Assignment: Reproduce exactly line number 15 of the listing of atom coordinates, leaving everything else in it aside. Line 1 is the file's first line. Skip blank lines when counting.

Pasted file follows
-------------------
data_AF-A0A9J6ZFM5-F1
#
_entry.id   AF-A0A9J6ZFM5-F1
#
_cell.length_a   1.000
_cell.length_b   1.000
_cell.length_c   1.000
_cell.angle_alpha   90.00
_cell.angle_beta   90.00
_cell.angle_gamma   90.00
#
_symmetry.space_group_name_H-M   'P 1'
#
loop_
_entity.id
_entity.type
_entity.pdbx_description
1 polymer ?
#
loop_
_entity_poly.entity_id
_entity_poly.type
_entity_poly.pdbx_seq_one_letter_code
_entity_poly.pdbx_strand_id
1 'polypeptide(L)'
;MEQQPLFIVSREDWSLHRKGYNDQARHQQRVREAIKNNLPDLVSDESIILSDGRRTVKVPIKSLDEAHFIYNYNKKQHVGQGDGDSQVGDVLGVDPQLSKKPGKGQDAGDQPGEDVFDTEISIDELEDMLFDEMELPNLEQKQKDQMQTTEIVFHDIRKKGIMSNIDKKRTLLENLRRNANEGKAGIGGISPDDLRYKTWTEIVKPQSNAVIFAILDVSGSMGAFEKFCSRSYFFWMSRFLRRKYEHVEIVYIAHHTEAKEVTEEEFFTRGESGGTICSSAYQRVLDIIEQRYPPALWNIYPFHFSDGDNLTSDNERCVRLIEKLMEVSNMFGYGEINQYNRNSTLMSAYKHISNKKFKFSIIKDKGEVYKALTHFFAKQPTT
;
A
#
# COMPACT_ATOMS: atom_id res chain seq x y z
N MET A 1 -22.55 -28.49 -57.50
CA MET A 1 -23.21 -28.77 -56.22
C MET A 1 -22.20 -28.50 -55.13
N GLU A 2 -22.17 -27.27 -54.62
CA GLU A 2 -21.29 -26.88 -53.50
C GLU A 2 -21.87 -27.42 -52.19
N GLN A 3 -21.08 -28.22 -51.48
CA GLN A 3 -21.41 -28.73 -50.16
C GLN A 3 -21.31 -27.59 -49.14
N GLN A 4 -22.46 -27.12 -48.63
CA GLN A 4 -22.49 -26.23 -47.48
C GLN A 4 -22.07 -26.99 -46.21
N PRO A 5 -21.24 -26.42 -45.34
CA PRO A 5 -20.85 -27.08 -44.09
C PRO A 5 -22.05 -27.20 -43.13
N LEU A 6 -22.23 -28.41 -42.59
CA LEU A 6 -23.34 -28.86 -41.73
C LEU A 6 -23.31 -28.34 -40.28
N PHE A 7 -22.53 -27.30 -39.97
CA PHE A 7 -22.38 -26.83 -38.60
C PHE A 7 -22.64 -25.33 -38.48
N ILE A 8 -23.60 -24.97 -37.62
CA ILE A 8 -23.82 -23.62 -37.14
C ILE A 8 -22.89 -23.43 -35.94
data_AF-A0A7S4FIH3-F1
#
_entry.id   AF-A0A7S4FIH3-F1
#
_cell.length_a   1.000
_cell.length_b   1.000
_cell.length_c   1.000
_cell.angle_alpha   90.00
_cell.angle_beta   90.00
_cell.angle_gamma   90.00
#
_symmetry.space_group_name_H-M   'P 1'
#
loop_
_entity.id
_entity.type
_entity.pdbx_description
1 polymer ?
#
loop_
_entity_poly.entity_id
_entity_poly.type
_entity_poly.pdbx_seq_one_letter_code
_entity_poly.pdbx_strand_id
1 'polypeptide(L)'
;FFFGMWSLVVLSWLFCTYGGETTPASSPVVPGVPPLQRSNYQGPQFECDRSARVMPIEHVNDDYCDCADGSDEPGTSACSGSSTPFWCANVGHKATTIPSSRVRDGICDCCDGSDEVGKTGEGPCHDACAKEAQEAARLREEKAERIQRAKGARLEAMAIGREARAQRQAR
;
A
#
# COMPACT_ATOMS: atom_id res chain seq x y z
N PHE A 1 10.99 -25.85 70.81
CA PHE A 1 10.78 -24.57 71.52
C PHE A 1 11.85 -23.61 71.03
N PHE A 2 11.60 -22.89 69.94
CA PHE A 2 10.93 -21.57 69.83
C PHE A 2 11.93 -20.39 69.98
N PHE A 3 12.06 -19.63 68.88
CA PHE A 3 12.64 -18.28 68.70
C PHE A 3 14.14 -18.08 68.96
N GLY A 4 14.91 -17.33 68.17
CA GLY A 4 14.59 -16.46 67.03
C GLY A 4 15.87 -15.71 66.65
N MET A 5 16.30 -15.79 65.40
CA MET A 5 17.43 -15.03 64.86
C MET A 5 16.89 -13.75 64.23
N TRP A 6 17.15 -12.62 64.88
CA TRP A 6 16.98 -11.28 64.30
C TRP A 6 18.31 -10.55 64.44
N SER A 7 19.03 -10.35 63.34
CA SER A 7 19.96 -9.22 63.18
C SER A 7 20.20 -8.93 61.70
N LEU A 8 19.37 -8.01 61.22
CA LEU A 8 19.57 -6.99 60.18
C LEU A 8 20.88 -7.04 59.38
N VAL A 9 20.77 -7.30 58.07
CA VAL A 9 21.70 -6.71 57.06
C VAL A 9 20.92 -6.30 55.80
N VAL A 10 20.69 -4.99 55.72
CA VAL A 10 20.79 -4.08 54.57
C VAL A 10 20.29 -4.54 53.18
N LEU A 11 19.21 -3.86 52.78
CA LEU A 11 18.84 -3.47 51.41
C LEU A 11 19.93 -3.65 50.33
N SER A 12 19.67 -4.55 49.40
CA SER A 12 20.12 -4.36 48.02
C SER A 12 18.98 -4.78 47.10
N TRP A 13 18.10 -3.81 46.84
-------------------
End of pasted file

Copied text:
_entity.id